Previous, large, prospective studies have failed to demonstrate clearly any correlation between any benign thyroid condition and the risk of breast carcinoma.7–9 To our knowledge, the largest and most complete study published to date that addressed the association between thyroid disorder and breast carcinoma was reported by Simon et al.7 In that population-based, case–control study, 4575 women (cases) with breast carcinoma (2953 whites and 1622 African Americans) and 4682 controls (3021 whites and 1661 African American) between the ages of 35–64 years were interviewed. The conclusions from Simon et al. were in line with previous retrospective reports but did not clarify the interaction between the occurrence of clinical and/or subclinical hypothyroid disease and the risk of breast carcinoma.14 In fact, they defined thyroid disease to include several different clinical conditions (e.g., Grave disease, goiter, nodules, hypoactive thyroid, hyperactive thyroid), although the hormonal milieu associated with each of those conditions is not equivalent. In fact, approximately 11% of women with PBC reported a history of HYPT, and 13% were receiving thyroid replacement therapy. It is interesting to note that, with regard to the breast carcinoma risk factors, the two study groups were quite similar. They differed significantly only in the occurrence of invasive disease in first-degree relatives (favoring the cases). In another study by Altieri et al.,9 the control population was represented by age-matched women who attended the general medicine clinics for acute and nonneoplastic conditions, making their conclusions more difficult to compare with our study. That study did not demonstrate a statistically significant association between any benign thyroid condition and the risk of breast carcinoma.

The observed association between hypothyroidism and breast carcinoma may be due to the biologic effect of T3 at the cellular level through either a direct interaction with the thyroid receptor (TR), a member of the nuclear receptor family, or a modulation of the thyroid-stimulating hormone receptor (TSH-R). Another intriguing possible protective role may be ascribed to iodide based on its antioxidant mechanism.17, 18 This theory has been postulated based on the capacity of breast tissue to transport and concentrate iodide.18 This latter observation requires more detailed confirmatory studies.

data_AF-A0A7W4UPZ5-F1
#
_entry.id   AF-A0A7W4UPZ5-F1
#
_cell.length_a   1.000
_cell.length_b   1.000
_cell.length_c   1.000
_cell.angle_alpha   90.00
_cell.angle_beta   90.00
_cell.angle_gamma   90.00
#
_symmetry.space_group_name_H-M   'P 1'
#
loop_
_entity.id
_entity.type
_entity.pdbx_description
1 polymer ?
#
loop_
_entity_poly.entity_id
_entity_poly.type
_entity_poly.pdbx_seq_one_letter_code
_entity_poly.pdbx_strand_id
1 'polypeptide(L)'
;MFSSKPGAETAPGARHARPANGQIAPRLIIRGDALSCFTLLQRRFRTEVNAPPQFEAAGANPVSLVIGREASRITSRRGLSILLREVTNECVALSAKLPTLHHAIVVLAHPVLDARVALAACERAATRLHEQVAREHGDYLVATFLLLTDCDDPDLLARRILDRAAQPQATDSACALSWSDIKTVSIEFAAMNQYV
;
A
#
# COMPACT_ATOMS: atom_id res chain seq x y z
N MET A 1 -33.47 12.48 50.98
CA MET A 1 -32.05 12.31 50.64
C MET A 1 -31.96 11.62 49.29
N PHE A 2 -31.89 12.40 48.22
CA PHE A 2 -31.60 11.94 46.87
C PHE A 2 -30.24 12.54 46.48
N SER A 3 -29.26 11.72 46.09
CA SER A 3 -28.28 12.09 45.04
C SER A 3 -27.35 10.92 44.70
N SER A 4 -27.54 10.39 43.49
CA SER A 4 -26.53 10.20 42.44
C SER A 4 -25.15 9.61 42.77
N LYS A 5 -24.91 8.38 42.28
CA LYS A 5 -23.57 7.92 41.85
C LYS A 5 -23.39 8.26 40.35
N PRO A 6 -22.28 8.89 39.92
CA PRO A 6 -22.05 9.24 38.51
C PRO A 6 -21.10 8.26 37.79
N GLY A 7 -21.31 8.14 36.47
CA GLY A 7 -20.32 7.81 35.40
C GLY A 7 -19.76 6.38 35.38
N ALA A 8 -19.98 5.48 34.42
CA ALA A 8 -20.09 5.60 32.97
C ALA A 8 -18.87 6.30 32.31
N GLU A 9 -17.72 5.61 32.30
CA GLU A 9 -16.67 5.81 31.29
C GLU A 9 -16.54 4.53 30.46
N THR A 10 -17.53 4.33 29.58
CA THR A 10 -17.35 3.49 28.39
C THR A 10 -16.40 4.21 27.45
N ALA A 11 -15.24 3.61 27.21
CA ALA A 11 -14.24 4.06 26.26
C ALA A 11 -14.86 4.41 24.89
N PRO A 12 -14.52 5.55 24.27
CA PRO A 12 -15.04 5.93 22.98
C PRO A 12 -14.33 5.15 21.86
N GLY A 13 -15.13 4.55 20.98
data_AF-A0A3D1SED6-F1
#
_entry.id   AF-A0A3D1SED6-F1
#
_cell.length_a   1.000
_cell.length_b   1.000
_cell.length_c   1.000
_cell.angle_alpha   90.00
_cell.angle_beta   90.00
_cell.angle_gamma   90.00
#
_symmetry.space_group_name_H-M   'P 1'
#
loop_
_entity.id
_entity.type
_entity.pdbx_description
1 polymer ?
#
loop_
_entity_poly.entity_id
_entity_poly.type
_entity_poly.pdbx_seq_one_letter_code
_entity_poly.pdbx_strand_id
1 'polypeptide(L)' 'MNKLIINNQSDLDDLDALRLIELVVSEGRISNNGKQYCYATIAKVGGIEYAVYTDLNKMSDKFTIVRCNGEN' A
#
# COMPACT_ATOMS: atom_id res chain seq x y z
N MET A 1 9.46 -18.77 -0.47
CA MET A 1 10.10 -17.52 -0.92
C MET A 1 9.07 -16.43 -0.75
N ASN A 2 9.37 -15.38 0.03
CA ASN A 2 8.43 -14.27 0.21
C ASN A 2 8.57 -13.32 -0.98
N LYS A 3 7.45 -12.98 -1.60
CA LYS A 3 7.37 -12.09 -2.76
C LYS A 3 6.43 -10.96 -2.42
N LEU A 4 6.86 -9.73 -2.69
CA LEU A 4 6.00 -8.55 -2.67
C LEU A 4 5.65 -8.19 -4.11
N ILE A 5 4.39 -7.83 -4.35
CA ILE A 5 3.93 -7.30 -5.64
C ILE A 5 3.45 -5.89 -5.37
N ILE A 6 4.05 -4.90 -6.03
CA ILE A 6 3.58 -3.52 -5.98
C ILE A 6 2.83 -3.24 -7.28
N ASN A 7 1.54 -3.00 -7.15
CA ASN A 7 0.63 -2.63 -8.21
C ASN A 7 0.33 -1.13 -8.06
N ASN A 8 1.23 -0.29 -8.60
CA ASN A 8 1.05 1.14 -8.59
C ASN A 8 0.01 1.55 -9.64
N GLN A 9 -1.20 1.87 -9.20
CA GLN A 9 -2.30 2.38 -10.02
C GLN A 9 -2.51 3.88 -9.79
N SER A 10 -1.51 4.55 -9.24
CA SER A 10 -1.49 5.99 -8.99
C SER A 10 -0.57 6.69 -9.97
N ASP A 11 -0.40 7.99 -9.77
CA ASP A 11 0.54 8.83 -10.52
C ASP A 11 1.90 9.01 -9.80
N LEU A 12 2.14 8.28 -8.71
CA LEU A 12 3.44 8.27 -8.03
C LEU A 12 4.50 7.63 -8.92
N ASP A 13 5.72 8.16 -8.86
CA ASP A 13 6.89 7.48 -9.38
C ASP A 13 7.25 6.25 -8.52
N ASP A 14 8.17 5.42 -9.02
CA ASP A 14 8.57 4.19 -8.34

A pathophysiologic role of HYPT is supported by in vivo data indicating a role of thyroid hormones in mammary gland development by stimulating ductal branching and alveolar budding.5 Moreover, it has been found that hypothyroid mice have reduced levels of epidermal growth factors receptors compared with euthyroid mice.19 The role of TR and TSH-R on these regulatory mechanisms has not been clarified to date. Normal mammary epithelial cells express significant amounts of TR,20, 21 and breast carcinoma cells contain similar levels of T3-binding activity.22–25 To our knowledge, until recently, little was known regarding how T3 and TSH act on mammary epithelial cells, but several investigations suggested that the 2 hormones, particularly T3, may stimulate proliferation in some experimental models and may inhibit cell growth in others.26–29 Moreover, TR and the nuclear hormone receptors RXR and estrogen receptor can modulate each other's transcriptional activities. In addition, the expression of TSH-R has been described in breast tissue of rodents.32 In animal models, TSH-R appears to be down-regulated during pregnancy, indirectly suggesting a possible protective biologic role in the mammary gland. Taken together, these data indicate that T3 and TSH may play a significant role, which has not been recognized completely, in mammary gland development, and these actions occur mainly through action on TR and possibly indirectly through the modulation of TSH-R.

The results of this retrospective study should prompt prospective investigations directed at demonstrating the differential levels of expression of TR and TSH-R in primary breast carcinoma in euthyroid and hypothyroid conditions and correlations with the expression and function of the estrogen receptor. In addition, the role of intracellular iodide concentration in the various clinical conditions should be planned. These studies potentially may indicate areas of intervention for targeted preventive and therapeutic purposes.